Roll down the windows and tune your radio to 92.5 FM (“the Krush”) while cruising between the remarkably diverse 200-plus wineries in the Paso Robles AVA (American Viticultural Area). Cass, on Paso’s East Side, makes for a good starting point: There, you can taste eight estate-grown wines ($10) on a grapevine-shaded patio, along with a surprisingly good chef-driven menu of sandwiches, salads, and burgers (daily 1 to 5 p.m.). From there, drive west to Justin, an upscale winery beloved for its elegant tasting room, flagship Bordeaux-style “Isosceles” blend, and in-the-know staff. Curious oenophiles will want to stop at Tin City, an industrial area just outside downtown Paso where a number of small winemakers like Clos Seline and Giornata offer tastings by appointment, most in refurbished warehouse spaces. While there, stop into Tin City pioneer BarrelHouse, a low-key, dog-friendly brewery with a relaxed outdoor patio and frequent live-music events; or pop your head into tiny winery Lefondusac (2929B Limestone Way; hours vary, contact for a glass of the Golden Triangle label, served straight from the barrel.

Try a different taste of the terroir at Kiler Ridge Olive Farm, where the olive-oil tasting ($5) lets you sample several ultrafresh estate-grown oils, milled within hours of harvest. The tasting concludes with a food pairing, like olive-oil-cooked popcorn or olive-oil-drizzled ice cream. Compare those flavors to the flight of award-winning oils made at Pasolivo’s country orchard; the fragrant basil-infused variety is a top seller. Just a few miles away, Limerock Orchards sells raw walnuts, walnut oil, and a variety of handmade walnut butters and sweets, straight from the orchard.

Stretch your legs with a hike around sun-drenched Lake Nacimiento, just 30 minutes from downtown Paso Robles. From the shoreline trail, you can see the grassy hills and wild oaks as they were before the region was blanketed in grapevines and cattle ranches. On your way back to town, stop by the country store at Mount Olive Organic Farm to stock up on fresh peaches, plums, cured olives, and organic juices, then finish the day with a leisurely soak at River Oaks Hot Springs ($21 to $31 per hour for two). The drive through a nondescript suburban subdivision and golf course on your way to the hot springs is a deceptive introduction to the experience: The pools themselves, fed directly from the earth, are the ultimate in rustic relaxation, built into simple woodsheds, shaded by oaks, and overlooking the surrounding farmland.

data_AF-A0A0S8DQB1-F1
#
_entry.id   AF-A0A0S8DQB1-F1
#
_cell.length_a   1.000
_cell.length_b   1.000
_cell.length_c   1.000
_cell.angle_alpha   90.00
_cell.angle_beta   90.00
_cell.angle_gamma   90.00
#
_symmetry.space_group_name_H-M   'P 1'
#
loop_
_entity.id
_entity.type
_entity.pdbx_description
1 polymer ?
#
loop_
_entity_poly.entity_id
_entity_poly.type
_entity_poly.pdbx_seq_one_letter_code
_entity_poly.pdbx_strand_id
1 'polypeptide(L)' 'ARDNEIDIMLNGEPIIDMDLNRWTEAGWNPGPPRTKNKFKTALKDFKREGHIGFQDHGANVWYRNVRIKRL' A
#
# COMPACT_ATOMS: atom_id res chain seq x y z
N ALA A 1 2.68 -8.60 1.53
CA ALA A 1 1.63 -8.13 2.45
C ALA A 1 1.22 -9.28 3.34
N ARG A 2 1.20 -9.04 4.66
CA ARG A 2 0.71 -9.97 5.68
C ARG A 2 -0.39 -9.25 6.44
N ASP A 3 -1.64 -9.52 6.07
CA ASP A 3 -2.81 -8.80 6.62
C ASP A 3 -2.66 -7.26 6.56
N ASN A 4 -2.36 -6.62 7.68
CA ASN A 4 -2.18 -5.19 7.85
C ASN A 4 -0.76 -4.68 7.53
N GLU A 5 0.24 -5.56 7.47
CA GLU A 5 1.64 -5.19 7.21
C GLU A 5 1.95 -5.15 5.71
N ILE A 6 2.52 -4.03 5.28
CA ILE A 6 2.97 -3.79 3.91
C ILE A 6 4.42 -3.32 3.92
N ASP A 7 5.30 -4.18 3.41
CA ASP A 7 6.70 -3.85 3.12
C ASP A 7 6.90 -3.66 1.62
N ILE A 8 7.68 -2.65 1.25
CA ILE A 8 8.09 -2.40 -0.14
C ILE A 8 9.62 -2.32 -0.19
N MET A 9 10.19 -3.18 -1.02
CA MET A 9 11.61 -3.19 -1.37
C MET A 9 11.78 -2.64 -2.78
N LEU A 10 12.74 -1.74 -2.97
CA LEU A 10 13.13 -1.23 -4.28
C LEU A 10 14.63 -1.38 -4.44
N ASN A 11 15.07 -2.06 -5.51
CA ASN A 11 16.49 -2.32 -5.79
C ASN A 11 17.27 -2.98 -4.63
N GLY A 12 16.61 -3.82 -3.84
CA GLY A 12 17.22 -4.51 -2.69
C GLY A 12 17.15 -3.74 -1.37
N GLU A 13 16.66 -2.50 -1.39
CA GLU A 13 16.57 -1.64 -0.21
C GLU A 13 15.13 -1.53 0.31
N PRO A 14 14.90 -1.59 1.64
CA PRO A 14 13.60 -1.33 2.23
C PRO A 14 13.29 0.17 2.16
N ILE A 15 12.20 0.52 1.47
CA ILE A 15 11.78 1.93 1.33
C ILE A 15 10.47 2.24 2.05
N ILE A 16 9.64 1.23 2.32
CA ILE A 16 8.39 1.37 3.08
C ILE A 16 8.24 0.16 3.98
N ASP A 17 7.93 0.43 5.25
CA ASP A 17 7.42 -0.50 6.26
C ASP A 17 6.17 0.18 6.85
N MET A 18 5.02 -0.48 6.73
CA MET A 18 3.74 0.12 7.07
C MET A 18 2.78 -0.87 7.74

Expert’s Tips

From Sasha Irving, a Paso Robles native and the executive director of Studios on the Park, a nonprofit gallery, artists’ space, and educational arts group.

The music scene here is especially vibrant right now, thanks to incredible talent and intimate wine-country venues. Wineries like Castoro Cellars, D’Anbino, and Vina Robles all have amazing music programs. And if you happen to be here in the summertime, come out for the free concerts in the park on Thursday nights in the downtown City Park. You’ll feel like you’ve stepped into a Norman Rockwell painting.

It’s remarkable that a town as small as Paso has over a dozen breakfast joints. Everybody’s got a favorite spot; I love Chico’s (834 11th Street; 805-239-3332). It’s run by a super-generous, real salt-of-the-earth guy, who comes out of the kitchen to say hello to people in the dining room. I know people who eat there three or four times a week.

Here at Studios on the Park, we try to offer visitors a rare opportunity to experience the creative process with working artists, demonstrations, workshops, and special events. Art After Dark Paso is an especially fun tradition of art, wine, and live-music-filled evenings on the first Saturday of every month.

Cuatro Hermanos (709 6th Street, 805/238-3915) is my favorite Mexican place in town. It is totally family-owned-and-run, from Alex who’s at the register and takes your order to José working in the kitchen with his dad, Ignacio. There are devotees all over the place here; in fact, I was just talking to a man who moved to Paso from Kentucky, and we bonded over our love for Cuatro Hermanos.